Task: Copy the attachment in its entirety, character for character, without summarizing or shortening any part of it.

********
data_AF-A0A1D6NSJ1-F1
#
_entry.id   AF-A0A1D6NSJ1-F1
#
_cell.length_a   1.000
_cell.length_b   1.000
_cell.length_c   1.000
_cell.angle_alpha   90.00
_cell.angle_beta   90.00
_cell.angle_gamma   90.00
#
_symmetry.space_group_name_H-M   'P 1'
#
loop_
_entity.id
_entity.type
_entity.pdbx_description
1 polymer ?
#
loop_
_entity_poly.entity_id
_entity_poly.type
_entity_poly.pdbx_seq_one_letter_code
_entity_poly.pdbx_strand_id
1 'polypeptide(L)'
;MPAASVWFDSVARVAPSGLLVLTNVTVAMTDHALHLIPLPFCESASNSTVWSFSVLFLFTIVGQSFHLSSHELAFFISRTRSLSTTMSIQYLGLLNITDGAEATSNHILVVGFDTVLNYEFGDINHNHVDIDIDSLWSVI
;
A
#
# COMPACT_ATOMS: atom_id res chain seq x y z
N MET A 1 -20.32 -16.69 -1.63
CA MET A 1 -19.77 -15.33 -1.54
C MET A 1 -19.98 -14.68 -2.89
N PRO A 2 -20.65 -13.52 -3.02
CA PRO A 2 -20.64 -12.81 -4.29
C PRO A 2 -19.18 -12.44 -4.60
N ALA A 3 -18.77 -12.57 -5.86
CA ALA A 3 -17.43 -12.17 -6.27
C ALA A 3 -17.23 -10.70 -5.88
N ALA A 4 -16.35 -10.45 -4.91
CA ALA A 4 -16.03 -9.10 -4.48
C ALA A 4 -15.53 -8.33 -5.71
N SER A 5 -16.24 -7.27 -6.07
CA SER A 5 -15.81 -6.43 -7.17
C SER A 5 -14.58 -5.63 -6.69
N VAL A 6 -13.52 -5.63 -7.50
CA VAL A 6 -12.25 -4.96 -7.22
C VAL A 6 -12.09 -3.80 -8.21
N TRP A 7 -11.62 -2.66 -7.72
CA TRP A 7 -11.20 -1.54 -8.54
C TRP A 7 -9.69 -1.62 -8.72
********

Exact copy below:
data_AF-A0A1D6NSJ1-F1
#
_entry.id   AF-A0A1D6NSJ1-F1
#
_cell.length_a   1.000
_cell.length_b   1.000
_cell.length_c   1.000
_cell.angle_alpha   90.00
_cell.angle_beta   90.00
_cell.angle_gamma   90.00
#
_symmetry.space_group_name_H-M   'P 1'
#
loop_
_entity.id
_entity.type
_entity.pdbx_description
1 polymer ?
#
loop_
_entity_poly.entity_id
_entity_poly.type
_entity_poly.pdbx_seq_one_letter_code
_entity_poly.pdbx_strand_id
1 'polypeptide(L)'
;MPAASVWFDSVARVAPSGLLVLTNVTVAMTDHALHLIPLPFCESASNSTVWSFSVLFLFTIVGQSFHLSSHELAFFISRTRSLSTTMSIQYLGLLNITDGAEATSNHILVVGFDTVLNYEFGDINHNHVDIDIDSLWSVI
;
A
#
# COMPACT_ATOMS: atom_id res chain seq x y z
N MET A 1 -20.32 -16.69 -1.63
CA MET A 1 -19.77 -15.33 -1.54
C MET A 1 -19.98 -14.68 -2.89
N PRO A 2 -20.65 -13.52 -3.02
CA PRO A 2 -20.64 -12.81 -4.29
C PRO A 2 -19.18 -12.44 -4.60
N ALA A 3 -18.77 -12.57 -5.86
CA ALA A 3 -17.43 -12.17 -6.27
C ALA A 3 -17.23 -10.70 -5.88
N ALA A 4 -16.35 -10.45 -4.91
CA ALA A 4 -16.03 -9.10 -4.48
C ALA A 4 -15.53 -8.33 -5.71
N SER A 5 -16.24 -7.27 -6.07
CA SER A 5 -15.81 -6.43 -7.17
C SER A 5 -14.58 -5.63 -6.69
N VAL A 6 -13.52 -5.63 -7.50
CA VAL A 6 -12.25 -4.96 -7.22
C VAL A 6 -12.09 -3.80 -8.21
N TRP A 7 -11.62 -2.66 -7.72
CA TRP A 7 -11.20 -1.54 -8.54
C TRP A 7 -9.69 -1.62 -8.72